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Aaron Hicks' emotions run the gamut as he plays for first time this season for Yankees

"I was just really excited to play in my first game," Hicks said Wednesday after the Yankees swept the Orioles. "I was a little bit nervous. Like an Opening Day at-bat... "

Aaron Hicks of the Yankees bats in first

Aaron Hicks of the Yankees bats in first inning against the Orioles during the second game of a doubleheader at Yankee Stadium on May 15, 2019.

Aaron Hicks had to wait through a baffling back injury, two rainouts and Game 1 of Wednesday’s doubleheader before finally making his 2019 debut in Game 2. The Yankees centerfielder, who went 0-for-4 with three strikeouts, said he was nervous about his own personal Opening Day.

“I was just really excited to play in my first game,” Hicks said after the Yankees swept the Orioles. “I was a little bit nervous. Like an Opening Day at-bat, when you hear the crowd cheering loud, and you don’t really get that in extended [spring training]. I was excited and the moment kind of overwhelmed me. But I was happy just to be out there again.”

Hicks’ odyssey began with a sore lower back on March 1, just days after he signed a seven-year, $70 million contract extension. The Yankees thought he would just miss a spring training game or two. Hicks ended up needing two cortisone shots and was on the injured list for the first 40 games of the season.

After a minor-league rehab assignment, Hicks was activated for Monday’s series opener and was in the lineup in the leadoff spot. The game was set for a rain-delayed 7:45 start. Hicks and the rest of the players started warming up, but an unplayable outfield caused a postponement at about 8:50.

Hicks was back in the lineup in the three-hole for Tuesday’s game. That one was postponed at about 5 p.m.

Take three was Wednesday’s doubleheader opener. But manager Aaron Boone only wanted to play Hicks in one of the games and decided on the nightcap.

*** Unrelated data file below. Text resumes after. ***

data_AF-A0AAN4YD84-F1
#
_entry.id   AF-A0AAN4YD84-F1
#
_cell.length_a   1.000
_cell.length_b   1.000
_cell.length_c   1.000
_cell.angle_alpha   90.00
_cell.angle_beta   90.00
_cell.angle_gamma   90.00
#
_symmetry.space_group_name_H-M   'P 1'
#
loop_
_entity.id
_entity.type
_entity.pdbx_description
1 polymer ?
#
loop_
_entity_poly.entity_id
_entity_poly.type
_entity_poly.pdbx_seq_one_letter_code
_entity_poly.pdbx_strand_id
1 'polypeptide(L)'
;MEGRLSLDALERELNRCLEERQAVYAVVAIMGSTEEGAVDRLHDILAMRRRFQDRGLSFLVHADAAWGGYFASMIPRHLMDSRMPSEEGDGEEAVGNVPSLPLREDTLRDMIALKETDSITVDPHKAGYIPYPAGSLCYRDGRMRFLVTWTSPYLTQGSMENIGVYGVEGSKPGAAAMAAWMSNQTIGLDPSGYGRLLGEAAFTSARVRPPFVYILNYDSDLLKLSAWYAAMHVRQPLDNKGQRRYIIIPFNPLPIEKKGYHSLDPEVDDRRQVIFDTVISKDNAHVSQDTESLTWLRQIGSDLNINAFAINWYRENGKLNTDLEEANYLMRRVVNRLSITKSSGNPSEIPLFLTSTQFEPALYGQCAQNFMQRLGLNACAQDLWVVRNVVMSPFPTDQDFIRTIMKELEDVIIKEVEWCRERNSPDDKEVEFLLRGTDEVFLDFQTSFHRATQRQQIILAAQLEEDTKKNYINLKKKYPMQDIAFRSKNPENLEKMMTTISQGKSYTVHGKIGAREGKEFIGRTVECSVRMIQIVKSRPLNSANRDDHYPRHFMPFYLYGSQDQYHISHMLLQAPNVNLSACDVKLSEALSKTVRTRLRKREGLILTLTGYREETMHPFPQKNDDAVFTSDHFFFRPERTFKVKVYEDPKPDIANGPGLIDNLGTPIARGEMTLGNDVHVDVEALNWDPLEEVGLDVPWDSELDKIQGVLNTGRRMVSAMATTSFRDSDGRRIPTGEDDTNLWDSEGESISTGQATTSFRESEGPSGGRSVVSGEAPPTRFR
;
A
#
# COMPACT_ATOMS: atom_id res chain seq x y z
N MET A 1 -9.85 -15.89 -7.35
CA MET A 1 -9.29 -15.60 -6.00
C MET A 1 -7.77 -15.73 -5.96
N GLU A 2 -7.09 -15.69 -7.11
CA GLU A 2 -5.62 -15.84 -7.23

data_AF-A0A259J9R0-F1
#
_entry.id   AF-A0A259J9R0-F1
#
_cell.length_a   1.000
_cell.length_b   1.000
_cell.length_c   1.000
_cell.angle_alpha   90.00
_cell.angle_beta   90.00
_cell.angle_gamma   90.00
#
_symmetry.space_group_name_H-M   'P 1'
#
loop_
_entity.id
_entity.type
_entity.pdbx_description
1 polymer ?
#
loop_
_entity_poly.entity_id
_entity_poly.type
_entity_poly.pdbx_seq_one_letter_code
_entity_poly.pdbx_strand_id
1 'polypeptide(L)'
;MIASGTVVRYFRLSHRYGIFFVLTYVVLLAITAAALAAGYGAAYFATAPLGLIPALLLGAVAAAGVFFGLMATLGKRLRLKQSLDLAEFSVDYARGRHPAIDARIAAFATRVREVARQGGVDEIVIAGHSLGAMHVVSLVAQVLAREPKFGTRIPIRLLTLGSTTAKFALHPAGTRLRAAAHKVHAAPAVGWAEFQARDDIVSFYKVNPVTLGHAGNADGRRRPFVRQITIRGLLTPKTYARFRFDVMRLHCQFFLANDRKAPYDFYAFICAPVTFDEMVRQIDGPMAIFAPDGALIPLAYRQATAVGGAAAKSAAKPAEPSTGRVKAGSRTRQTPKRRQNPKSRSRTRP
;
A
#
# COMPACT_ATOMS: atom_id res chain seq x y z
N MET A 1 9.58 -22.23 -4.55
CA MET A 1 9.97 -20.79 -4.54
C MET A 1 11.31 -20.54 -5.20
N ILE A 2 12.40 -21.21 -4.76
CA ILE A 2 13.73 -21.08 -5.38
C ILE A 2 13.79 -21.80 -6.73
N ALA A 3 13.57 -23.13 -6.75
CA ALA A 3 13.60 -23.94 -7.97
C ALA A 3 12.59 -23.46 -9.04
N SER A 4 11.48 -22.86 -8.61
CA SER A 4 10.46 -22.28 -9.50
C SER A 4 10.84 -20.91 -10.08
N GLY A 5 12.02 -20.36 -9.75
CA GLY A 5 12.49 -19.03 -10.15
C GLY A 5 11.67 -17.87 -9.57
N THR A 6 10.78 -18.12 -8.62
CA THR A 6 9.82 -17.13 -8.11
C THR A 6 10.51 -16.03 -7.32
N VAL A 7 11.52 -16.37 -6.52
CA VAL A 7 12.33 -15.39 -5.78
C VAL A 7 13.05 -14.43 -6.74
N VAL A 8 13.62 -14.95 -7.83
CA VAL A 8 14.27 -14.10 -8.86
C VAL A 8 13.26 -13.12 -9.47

“I told him I was saving him for prime time,” Boone said with a chuckle.

Hicks was not amused.

“It was extremely hard [to watch Game 1],” Hicks said. “When I got here, I was expecting to play in the first game and I didn’t. So to watch a game again just kind of [stinks]. I wanted to play the first game. I wanted to get it over with. I wanted to play in the first game that we had and he wanted to save me for the second.”

In his first at-bat, Hicks took a called strike on 3-and-2 from Orioles starter Andrew Cashner. Boone said it was a good take because the Yankees thought the pitch should have been called ball four. The only time Hicks put a ball in play was in the third inning, when he hit a check-swing grounder to short.

“I really wanted to put the ball in play and hit something hard,” said Hicks, who hit .248 with 27 HRs, 79 RBIs and an .833 OPS in 2018. “I didn’t really get too many pitches to do that and I kind of swung out of the zone.”

Said Boone: “Hicksie didn’t get any results, obviously. But a nice first step for him getting back and being part of a win.”

The Yankees open a three-game series with the Rays on Friday night. Hicks’ return and Tuesday’s acquisition of veteran Kendrys Morales from the A’s gives Boone two switch hitters in what has been a righty-heavy lineup. Morales made his Yankees debut in Game 2 and went 1-for-2 with two walks.

Brett Gardner filled in for Hicks in center. He is hitting just .197 with six home runs. All of his homers and 25 of his 28 hits have come against righthanders, against whom Gardner is batting .217. He’s 3-for-27 vs. lefties and should benefit from being a platoon partner with Cameron Maybin in leftfield until Giancarlo Stanton returns from his left shoulder strain and reshuffles the Yankees’ deck again.

Stanton is taking multiple at-bats in extended spring training games, Boone said.

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